Drinks That Are Almost As Bad As Soda

Seven Drinks That Are Almost As Bad As Soda

Living a healthy life is just as important as making money and any other important thing in our minds. In today’s blog post we will show you that Soda is not just the only drink that might be bad for your health. Below you will see a list of seven drinks that are almost as bad as soda:

1. Lemonade

You might think it is a better option than soda because it has fruits in it but Lemonade contains mostly sugar water. A powdered lemonade drink mix; the first two ingredients are sugar and fructose (also sugar), plus artificial colors. Another lemonade brand uses high fructose corn syrup.


It is advisable to make it at home to cut down on sugar. Try a recipe for rosemary lemonade (which contains just 10 grams of sugar per cup).

2. Smoothies

Even though they’re packed with fruit, you really can have too much of a good thing. “Fruit is healthy, but too much fruit adds up in calories and sugar can lead to blood sugar spikes and crashes. One popular green bottled smoothie may advertise “no sugar added” but all of the juice and fruit purees add up to 53 grams of sugar per bottle.


It is more preferable to eat your fruit whole or make your smoothies at home where you can control the ingredients, rather than buying a bottle at the store or hitting up a smoothie place. A smoothie can pack a lot of nutrition in a handy container you can run out the door with on busy mornings.

3. Tonic water

Twelve ounces of tonic water adds 124 calories and 32 grams of sugar to your glass (that’s 8 teaspoons). You can compare that to a cola, which isn’t too far off at 182 calories and 44 grams of sugar per 12 ounces. Tonic water is a bit of a misnomer.


Sure, the bubbly drink starts out as carbonated water, but most store-bought varieties add fruit extracts, sugar, and quinine (a bitter alkaloid once used for medicinal purposes) to boost flavor. So when you add four ounces to a standard cocktail, you’ll be sipping on 11 grams of sugar—just as much as if you poured four ounces of Sprite.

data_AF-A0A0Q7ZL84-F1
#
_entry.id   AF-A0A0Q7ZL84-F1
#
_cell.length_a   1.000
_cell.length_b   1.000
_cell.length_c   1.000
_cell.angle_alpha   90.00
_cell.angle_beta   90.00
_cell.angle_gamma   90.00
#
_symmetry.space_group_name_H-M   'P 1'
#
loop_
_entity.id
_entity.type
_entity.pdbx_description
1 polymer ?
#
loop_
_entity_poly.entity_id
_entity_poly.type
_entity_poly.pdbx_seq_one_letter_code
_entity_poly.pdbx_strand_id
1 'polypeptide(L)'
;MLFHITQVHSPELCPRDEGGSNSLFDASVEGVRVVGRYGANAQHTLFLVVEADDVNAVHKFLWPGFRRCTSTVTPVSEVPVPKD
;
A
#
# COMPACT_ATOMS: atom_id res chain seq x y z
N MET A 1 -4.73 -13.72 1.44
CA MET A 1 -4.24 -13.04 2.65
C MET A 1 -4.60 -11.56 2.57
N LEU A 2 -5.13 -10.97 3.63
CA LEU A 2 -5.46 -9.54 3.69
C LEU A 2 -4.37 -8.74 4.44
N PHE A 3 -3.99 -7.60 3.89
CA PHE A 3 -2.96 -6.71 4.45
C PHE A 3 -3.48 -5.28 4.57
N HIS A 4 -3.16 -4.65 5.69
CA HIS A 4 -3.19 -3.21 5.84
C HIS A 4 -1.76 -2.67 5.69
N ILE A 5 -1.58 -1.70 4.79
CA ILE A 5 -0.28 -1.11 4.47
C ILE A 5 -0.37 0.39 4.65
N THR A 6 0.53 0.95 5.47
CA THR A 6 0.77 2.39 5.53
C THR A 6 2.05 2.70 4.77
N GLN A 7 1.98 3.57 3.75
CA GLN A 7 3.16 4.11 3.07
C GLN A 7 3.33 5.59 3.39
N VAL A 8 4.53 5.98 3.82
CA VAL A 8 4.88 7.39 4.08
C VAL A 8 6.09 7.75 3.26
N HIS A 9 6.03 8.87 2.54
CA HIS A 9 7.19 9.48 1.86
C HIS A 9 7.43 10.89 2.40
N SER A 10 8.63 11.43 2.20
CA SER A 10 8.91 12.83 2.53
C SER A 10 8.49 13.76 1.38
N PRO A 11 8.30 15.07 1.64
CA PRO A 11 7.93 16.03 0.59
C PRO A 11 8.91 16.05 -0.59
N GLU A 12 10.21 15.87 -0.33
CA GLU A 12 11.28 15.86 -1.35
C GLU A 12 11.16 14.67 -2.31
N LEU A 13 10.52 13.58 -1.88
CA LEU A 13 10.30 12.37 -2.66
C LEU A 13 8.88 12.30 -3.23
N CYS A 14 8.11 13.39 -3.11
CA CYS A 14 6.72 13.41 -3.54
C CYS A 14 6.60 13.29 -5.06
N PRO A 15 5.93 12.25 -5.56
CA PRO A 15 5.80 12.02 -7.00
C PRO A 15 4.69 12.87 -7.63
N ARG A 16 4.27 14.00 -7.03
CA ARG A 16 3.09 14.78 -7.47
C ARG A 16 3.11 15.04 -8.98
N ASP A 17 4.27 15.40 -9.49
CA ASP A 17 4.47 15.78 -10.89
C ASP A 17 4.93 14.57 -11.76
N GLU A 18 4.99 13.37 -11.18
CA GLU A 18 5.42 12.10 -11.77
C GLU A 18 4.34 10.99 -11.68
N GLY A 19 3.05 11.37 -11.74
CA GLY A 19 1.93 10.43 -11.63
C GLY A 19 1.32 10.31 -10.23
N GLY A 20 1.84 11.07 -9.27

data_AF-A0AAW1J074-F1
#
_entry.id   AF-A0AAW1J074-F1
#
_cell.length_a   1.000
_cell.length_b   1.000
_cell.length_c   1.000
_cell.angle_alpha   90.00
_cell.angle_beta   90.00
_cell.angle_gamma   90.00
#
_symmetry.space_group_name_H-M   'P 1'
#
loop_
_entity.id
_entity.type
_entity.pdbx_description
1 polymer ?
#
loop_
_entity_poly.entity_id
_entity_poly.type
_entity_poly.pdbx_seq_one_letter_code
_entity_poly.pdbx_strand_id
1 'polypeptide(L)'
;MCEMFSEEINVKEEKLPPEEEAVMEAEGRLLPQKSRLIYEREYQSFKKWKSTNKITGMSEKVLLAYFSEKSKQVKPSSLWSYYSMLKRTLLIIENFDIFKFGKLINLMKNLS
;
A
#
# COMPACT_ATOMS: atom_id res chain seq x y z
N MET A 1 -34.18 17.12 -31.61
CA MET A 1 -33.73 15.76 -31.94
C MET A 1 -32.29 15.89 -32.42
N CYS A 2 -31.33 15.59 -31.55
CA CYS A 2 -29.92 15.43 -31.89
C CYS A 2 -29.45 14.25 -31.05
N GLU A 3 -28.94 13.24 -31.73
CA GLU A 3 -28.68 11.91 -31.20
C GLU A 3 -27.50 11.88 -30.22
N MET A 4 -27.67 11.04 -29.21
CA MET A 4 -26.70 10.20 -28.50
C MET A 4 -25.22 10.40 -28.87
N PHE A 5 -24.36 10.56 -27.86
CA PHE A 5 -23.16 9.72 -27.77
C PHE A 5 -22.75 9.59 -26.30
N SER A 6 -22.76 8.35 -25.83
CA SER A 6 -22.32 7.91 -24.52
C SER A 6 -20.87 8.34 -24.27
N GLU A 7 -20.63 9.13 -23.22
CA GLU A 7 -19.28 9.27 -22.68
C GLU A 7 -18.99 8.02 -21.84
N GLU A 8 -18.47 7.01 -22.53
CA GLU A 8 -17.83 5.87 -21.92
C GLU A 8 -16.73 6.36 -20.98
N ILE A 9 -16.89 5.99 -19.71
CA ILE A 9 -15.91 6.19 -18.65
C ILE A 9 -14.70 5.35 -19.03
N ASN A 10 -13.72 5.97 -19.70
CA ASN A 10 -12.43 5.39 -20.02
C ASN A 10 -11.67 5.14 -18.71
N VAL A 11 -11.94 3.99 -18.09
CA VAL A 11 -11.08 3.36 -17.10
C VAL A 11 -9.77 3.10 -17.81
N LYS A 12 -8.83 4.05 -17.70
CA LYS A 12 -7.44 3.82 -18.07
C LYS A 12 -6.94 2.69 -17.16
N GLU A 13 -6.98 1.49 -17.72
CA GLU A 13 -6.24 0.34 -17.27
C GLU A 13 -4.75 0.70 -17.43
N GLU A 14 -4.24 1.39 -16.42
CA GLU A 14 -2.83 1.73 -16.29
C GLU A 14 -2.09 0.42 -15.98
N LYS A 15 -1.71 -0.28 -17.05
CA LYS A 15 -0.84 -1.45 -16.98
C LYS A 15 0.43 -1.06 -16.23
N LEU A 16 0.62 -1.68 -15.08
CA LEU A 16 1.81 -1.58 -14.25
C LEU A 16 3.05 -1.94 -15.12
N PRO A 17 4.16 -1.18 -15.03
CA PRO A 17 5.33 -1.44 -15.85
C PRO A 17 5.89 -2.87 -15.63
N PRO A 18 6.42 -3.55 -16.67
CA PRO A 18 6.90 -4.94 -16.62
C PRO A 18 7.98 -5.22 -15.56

4. Sweetened yogurt drinks

Probiotics is such a hot buzzword right now because, as research shows, the beneficial bacteria help keep your gut healthy. So you may be trying to get more in your diet. Enter probiotic yogurt drinks or kefir. They can be a healthy choice, but flavored versions rely on sugar to decrease yogurt’s traditional tang. A small bottle may pack 26 grams of sugar, and contain multiple forms of the sweet stuff, including sugar, fructose, and fruit puree or juice.


It is healthier to go for plain versions since the only sugar they contain is from the milk itself. (A typical 1-cup serving of plain contains around 12 grams.) If that’s not happening, consider skipping non-fat varieties and going for low-fat instead. In one popular brand, making that switch could save you nearly two teaspoons of sugar per serving.

5. Energy drinks

Even though they usually don’t contain a ton of calories, an 8-ounce serving can run you more than 25 grams of sugar—and no, they aren’t healthy just because they’re fortified with B vitamins.


You should skip these entirely not just to save on sugar. Drinking just one Rockstar energy drink can raise healthy people’s blood pressure and norepinephrine (a stress hormone) levels more than a placebo drink, this was revealed in a recent study in the journal JAMA. That may not be good for your heart. If you need a boost of caffeine, opt for a cup of coffee instead.

6. Sweetened iced tea

Syrupy-sweet iced teas contain a wallop of the white stuff, practically canceling out the health benefits. One popular brand has over 30 grams of added sugar in one bottle. Makes it more like dessert.

Unsweetened iced tea is better off whether you are getting a bottled or at a restaurant, since it contains zero added sugar. If plain is too bitter, Schapiro suggests adding 1 teaspoon (or one packet) yourself—it will still be less than a pre-mixed tea. Squeeze a lemon or orange on top for an additional flavor boost.

7. Fruit juice

You might think juice would be healthy since it is made from fruit the problem is while fruit is rich in fiber, juice is not. So even if you opt for 100% fruit juice and avoid drinks with added sugar (like cranberry or grape cocktail), they’re still high in the sweet stuff. For instance, a cup of grape juice contains 36 grams of sugar and a cup of apple has 31 grams—not far off from what you’ll find in a can of lemon-lime soda, which racks up 44 grams.


“I don’t recommend juice ever, even 100% fruit juice,” says Ilyse Schapiro, RD, author of Should I Scoop Out My Bagel? ($11; “You’ll feel much more full from eating the fruit, which has fiber, versus drinking the juice,” she says.

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